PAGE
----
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The Structural Engineer

A proposed plastic design method, depending on tension chord yield, for two-layer parallel-chord space trusses is discussed. The method is compared with the conventional elastic method and the strip method originally used in reinforced concrete slab design. The disadvantages of these last methods are shown in a comparison of complete analyses of three designs. The essential point made is that when tension chords begin to yield a set of membrane forces is developed: these forces are compressive in the region of the yielding tension members and increase in magnitude as the yielded tension zone increases. The proposed design method allows for this change of force distribution so that no compression member instability occurs, thereby furnishing a favourable load-deflexion characteristic for the structure. Reference is made to experimental results of tension member yield in planar trusses in order to justify the use of yielding tension members; it is noted that further work is necessary. L.C. Schmidt

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The Structural Engineer

We have read the letter that appeared in The Structural Engineer, Vol. 5 0 , No. 1, January 1972, p. 28, with some surprise and not a little interest. Since this Company originated the idea and production of permanent woodwool formwork units in 1959, something like 2 x 106 yd2 of Spanform formers have been installed in the UK and overseas, and this criticism, to our knowledge, is the first of its kind.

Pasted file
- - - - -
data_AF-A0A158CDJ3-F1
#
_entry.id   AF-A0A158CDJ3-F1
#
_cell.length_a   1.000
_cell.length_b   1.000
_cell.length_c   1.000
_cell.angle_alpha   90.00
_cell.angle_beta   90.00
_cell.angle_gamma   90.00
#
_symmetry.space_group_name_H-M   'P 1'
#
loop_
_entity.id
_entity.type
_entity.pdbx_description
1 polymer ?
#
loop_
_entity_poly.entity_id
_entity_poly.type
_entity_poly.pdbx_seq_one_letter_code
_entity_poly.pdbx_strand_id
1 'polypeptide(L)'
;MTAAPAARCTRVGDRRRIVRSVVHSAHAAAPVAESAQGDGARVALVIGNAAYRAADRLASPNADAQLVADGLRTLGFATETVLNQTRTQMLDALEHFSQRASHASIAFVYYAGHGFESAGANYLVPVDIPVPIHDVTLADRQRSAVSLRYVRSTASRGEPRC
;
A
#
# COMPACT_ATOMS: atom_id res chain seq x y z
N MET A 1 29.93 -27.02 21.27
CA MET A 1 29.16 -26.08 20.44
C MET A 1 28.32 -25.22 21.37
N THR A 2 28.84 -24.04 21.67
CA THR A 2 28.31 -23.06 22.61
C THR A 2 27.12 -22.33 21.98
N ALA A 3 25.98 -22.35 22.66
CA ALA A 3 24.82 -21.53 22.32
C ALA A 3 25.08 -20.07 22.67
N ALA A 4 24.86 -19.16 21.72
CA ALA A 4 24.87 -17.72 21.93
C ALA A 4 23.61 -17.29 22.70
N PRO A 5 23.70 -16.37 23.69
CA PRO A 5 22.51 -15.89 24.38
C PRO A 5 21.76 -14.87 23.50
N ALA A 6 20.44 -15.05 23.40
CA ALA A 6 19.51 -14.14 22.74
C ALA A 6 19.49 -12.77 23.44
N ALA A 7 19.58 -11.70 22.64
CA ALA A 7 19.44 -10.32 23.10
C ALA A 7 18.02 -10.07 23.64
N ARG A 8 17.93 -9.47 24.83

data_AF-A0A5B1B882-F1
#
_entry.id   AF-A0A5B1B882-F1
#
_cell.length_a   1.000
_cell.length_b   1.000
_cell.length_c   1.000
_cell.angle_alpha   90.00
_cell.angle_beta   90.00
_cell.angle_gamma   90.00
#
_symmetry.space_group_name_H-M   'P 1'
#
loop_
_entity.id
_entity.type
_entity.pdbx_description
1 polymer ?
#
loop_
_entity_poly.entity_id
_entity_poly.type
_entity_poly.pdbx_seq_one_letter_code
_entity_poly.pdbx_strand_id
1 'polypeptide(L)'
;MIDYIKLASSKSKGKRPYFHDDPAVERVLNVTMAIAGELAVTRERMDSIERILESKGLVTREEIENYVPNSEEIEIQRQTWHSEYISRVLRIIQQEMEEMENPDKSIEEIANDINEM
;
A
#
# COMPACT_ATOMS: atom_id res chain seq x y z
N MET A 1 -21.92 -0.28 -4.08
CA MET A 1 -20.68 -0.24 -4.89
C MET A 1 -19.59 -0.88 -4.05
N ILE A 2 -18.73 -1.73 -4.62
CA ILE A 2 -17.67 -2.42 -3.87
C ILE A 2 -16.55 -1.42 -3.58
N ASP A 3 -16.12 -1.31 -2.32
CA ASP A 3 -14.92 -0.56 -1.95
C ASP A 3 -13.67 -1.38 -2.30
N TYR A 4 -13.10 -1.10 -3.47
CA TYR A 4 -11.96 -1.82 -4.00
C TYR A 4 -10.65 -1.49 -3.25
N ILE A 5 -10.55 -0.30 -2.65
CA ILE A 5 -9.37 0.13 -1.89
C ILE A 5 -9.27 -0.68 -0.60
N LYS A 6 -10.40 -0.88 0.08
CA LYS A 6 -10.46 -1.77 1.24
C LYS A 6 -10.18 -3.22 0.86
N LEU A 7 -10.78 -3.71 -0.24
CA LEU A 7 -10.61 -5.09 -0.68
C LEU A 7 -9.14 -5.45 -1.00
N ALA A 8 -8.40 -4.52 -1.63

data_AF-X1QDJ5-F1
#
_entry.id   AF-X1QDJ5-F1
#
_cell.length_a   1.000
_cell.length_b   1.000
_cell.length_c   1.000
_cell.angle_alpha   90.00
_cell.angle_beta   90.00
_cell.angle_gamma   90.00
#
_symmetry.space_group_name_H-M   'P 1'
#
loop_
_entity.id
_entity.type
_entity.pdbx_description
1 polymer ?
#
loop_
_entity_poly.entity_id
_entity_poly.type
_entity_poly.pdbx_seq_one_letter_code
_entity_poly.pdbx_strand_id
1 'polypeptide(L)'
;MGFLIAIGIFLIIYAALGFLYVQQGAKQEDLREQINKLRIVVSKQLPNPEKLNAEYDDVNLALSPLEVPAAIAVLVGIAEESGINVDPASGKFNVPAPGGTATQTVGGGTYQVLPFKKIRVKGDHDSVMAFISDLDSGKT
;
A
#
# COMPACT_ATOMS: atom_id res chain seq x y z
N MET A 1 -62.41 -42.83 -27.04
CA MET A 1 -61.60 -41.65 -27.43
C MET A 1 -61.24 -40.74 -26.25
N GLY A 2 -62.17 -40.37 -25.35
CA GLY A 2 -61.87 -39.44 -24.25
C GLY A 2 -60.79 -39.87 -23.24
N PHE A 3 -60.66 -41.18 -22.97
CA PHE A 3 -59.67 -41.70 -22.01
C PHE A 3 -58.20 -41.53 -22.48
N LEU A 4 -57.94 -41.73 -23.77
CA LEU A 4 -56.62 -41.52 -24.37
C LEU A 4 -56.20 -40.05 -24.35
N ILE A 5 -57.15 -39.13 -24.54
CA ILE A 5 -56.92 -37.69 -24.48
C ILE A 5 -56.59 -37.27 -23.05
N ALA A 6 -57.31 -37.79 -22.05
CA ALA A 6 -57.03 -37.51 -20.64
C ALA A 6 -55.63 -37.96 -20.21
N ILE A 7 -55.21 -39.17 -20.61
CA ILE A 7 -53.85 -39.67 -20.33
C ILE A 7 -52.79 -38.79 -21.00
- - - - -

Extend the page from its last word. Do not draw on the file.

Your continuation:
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The Structural Engineer

Rectangular ribbed flat slabs are analysed as orthotropic plates with zero twisting rigidity. Moments are computed by an energy method. M. Reiss and J. Sokal

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The Structural Engineer

Mr. Williams in introducing his paper quoted from an unpublished illustrated report on the first submerged tube tunnel under the River Thames at Rotherhithe which it was proposed to build in 1811 but was later abandoned because of differences among its promoters.

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The Structural Engineer

Mr. R. E. Landau (F): The researches referred to in this valuable paper are relevant to the design of retaining walls and bridge abutments, which have 'flexural corners' at the junction of stem and base. Three cases may be considered.

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The Structural Engineer

The buckling load of a latticed structure is determined by considering the equilibrium of the joints in the deformed state, taking into account the effect of axial loads and deformation. The displacements U, V, W and the rotations öx, öy, öz are considered as unknowns at each joint. A stiffness matrix is developed based on ‘second order theory’. The loads causing buckling are those for which the determinant of the coefficients of the equilibrium equations at the joints vanish. As this results in a nonlinear eigen value problem, it is solved by iteration. A general computer program is developed to find the load causing instability of latticed structure of any geometry and for any support conditions.

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